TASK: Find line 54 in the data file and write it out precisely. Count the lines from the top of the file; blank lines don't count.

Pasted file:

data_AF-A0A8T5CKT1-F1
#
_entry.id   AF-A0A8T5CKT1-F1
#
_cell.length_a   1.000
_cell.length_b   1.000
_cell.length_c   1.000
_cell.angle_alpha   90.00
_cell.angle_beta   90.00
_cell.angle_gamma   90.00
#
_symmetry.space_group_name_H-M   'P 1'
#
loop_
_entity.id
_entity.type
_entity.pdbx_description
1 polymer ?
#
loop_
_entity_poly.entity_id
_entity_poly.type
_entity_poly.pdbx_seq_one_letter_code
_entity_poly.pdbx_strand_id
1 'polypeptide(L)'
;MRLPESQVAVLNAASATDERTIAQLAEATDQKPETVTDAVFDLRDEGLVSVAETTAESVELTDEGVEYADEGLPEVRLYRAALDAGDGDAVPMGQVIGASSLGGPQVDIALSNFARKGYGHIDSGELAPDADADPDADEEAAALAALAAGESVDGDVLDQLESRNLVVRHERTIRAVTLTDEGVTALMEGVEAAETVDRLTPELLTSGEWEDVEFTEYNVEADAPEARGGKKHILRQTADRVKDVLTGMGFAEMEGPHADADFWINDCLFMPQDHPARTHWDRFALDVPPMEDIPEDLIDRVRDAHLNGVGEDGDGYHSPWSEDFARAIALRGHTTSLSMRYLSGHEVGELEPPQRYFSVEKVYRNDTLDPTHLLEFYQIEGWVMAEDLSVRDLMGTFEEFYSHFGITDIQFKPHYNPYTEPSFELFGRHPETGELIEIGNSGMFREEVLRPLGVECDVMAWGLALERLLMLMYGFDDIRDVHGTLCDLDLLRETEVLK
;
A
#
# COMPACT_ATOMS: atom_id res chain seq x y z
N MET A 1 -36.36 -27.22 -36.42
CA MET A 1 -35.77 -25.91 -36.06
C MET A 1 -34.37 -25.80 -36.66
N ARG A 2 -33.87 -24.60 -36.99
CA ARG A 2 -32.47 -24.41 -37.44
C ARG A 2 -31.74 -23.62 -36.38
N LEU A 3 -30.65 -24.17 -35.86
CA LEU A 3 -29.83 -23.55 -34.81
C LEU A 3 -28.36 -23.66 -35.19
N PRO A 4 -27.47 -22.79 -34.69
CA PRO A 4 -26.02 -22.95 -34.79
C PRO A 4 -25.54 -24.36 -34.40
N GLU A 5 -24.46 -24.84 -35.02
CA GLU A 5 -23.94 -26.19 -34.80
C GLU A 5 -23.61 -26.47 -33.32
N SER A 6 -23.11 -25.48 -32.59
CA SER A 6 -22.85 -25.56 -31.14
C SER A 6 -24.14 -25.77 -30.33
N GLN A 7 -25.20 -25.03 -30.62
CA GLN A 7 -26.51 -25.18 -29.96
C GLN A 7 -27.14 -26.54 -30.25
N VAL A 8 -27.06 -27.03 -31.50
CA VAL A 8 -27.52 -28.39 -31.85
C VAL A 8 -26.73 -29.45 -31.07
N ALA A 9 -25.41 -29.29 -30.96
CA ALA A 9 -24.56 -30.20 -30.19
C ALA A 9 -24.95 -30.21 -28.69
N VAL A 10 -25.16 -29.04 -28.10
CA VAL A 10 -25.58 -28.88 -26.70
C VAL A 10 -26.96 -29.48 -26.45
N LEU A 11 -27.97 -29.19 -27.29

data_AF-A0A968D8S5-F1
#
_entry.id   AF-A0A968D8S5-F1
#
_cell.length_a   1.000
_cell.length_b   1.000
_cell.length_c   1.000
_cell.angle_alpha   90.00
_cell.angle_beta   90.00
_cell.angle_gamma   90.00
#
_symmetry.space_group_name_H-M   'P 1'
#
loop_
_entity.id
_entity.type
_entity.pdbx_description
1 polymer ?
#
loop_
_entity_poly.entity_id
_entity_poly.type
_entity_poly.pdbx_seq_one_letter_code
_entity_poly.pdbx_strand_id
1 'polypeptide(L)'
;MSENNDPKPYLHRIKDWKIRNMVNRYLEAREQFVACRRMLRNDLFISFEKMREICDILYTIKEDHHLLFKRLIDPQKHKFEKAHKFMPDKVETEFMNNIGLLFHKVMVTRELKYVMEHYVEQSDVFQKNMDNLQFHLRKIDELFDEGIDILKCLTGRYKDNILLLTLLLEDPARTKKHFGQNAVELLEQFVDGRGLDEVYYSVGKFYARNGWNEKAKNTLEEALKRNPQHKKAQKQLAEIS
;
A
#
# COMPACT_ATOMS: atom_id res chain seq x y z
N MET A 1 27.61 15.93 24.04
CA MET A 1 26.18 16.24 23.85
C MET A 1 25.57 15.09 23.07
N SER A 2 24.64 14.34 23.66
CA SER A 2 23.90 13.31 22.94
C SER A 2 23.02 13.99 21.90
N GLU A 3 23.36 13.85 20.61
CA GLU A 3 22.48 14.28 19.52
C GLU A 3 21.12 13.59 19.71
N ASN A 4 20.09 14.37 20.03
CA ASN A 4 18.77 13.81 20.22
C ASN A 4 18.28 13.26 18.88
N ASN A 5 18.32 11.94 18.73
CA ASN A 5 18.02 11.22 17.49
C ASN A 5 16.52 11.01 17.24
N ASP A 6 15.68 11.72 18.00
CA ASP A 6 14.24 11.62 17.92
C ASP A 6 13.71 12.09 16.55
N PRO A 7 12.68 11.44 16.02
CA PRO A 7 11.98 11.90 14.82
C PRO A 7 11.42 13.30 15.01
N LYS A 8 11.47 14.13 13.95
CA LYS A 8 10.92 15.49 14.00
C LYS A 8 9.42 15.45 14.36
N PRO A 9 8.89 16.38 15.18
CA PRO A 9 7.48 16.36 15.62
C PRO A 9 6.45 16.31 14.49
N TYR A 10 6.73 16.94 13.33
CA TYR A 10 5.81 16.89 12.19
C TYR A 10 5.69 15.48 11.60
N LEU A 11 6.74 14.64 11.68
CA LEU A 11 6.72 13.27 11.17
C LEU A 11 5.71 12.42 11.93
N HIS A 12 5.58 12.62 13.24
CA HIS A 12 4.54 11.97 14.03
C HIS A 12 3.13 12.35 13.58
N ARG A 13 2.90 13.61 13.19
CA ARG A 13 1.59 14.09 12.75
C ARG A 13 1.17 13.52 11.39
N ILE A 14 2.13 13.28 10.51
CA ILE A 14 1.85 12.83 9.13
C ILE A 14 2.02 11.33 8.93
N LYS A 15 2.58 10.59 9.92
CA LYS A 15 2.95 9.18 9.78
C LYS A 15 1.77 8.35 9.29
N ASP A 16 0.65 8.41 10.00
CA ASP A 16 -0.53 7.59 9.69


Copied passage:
C VAL A 8 -26.73 -29.45 -31.07